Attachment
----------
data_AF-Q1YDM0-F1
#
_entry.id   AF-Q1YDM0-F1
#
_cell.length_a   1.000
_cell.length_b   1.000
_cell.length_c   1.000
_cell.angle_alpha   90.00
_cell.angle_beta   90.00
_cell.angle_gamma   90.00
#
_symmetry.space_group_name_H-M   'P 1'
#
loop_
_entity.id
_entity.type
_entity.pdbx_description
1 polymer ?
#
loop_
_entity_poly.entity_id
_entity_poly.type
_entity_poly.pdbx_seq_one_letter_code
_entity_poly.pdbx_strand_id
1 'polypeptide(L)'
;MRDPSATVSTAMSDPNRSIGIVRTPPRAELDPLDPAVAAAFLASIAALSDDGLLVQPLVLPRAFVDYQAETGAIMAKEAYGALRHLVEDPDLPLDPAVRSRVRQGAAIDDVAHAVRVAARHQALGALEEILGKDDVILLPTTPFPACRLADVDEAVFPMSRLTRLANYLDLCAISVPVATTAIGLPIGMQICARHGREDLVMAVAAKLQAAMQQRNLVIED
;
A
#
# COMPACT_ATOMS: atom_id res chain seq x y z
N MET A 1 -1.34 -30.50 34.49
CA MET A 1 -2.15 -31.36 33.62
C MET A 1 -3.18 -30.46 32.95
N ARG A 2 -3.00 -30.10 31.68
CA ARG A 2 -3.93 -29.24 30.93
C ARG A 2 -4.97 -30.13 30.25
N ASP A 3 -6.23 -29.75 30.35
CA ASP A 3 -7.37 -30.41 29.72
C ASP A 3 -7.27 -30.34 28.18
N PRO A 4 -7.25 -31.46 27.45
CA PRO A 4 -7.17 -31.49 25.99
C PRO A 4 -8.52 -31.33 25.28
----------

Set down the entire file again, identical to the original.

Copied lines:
data_AF-Q1YDM0-F1
#
_entry.id   AF-Q1YDM0-F1
#
_cell.length_a   1.000
_cell.length_b   1.000
_cell.length_c   1.000
_cell.angle_alpha   90.00
_cell.angle_beta   90.00
_cell.angle_gamma   90.00
#
_symmetry.space_group_name_H-M   'P 1'
#
loop_
_entity.id
_entity.type
_entity.pdbx_description
1 polymer ?
#
loop_
_entity_poly.entity_id
_entity_poly.type
_entity_poly.pdbx_seq_one_letter_code
_entity_poly.pdbx_strand_id
1 'polypeptide(L)'
;MRDPSATVSTAMSDPNRSIGIVRTPPRAELDPLDPAVAAAFLASIAALSDDGLLVQPLVLPRAFVDYQAETGAIMAKEAYGALRHLVEDPDLPLDPAVRSRVRQGAAIDDVAHAVRVAARHQALGALEEILGKDDVILLPTTPFPACRLADVDEAVFPMSRLTRLANYLDLCAISVPVATTAIGLPIGMQICARHGREDLVMAVAAKLQAAMQQRNLVIED
;
A
#
# COMPACT_ATOMS: atom_id res chain seq x y z
N MET A 1 -1.34 -30.50 34.49
CA MET A 1 -2.15 -31.36 33.62
C MET A 1 -3.18 -30.46 32.95
N ARG A 2 -3.00 -30.10 31.68
CA ARG A 2 -3.93 -29.24 30.93
C ARG A 2 -4.97 -30.13 30.25
N ASP A 3 -6.23 -29.75 30.35
CA ASP A 3 -7.37 -30.41 29.72
C ASP A 3 -7.27 -30.34 28.18
N PRO A 4 -7.25 -31.46 27.45
CA PRO A 4 -7.17 -31.49 25.99
C PRO A 4 -8.52 -31.33 25.28